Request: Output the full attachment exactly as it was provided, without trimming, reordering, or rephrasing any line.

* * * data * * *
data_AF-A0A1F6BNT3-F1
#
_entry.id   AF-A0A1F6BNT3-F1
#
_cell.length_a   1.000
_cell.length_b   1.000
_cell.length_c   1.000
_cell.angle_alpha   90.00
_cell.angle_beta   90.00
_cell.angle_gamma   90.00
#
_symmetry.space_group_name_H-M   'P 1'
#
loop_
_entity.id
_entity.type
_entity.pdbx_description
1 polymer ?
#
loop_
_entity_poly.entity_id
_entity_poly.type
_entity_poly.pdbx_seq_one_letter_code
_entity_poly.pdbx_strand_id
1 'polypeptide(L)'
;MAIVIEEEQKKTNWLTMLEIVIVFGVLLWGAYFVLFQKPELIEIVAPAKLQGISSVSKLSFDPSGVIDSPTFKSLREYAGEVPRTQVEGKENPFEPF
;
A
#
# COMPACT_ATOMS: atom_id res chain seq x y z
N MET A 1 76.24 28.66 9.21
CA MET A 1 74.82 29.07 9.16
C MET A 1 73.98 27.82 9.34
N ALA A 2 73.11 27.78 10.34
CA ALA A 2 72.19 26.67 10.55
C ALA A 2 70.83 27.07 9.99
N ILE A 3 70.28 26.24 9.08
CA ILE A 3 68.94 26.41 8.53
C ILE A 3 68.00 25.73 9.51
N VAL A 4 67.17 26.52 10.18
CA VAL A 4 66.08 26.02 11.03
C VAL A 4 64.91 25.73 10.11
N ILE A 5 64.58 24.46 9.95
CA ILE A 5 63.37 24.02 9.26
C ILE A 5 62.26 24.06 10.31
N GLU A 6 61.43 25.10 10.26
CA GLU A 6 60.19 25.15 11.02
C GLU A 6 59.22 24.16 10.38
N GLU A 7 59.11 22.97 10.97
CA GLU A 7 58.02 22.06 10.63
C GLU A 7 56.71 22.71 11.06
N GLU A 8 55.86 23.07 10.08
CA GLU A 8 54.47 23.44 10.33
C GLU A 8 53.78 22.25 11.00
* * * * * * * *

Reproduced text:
data_AF-A0A1F6BNT3-F1
#
_entry.id   AF-A0A1F6BNT3-F1
#
_cell.length_a   1.000
_cell.length_b   1.000
_cell.length_c   1.000
_cell.angle_alpha   90.00
_cell.angle_beta   90.00
_cell.angle_gamma   90.00
#
_symmetry.space_group_name_H-M   'P 1'
#
loop_
_entity.id
_entity.type
_entity.pdbx_description
1 polymer ?
#
loop_
_entity_poly.entity_id
_entity_poly.type
_entity_poly.pdbx_seq_one_letter_code
_entity_poly.pdbx_strand_id
1 'polypeptide(L)'
;MAIVIEEEQKKTNWLTMLEIVIVFGVLLWGAYFVLFQKPELIEIVAPAKLQGISSVSKLSFDPSGVIDSPTFKSLREYAGEVPRTQVEGKENPFEPF
;
A
#
# COMPACT_ATOMS: atom_id res chain seq x y z
N MET A 1 76.24 28.66 9.21
CA MET A 1 74.82 29.07 9.16
C MET A 1 73.98 27.82 9.34
N ALA A 2 73.11 27.78 10.34
CA ALA A 2 72.19 26.67 10.55
C ALA A 2 70.83 27.07 9.99
N ILE A 3 70.28 26.24 9.08
CA ILE A 3 68.94 26.41 8.53
C ILE A 3 68.00 25.73 9.51
N VAL A 4 67.17 26.52 10.18
CA VAL A 4 66.08 26.02 11.03
C VAL A 4 64.91 25.73 10.11
N ILE A 5 64.58 24.46 9.95
CA ILE A 5 63.37 24.02 9.26
C ILE A 5 62.26 24.06 10.31
N GLU A 6 61.43 25.10 10.26
CA GLU A 6 60.19 25.15 11.02
C GLU A 6 59.22 24.16 10.38
N GLU A 7 59.11 22.97 10.97
CA GLU A 7 58.02 22.06 10.63
C GLU A 7 56.71 22.71 11.06
N GLU A 8 55.86 23.07 10.08
CA GLU A 8 54.47 23.44 10.33
C GLU A 8 53.78 22.25 11.00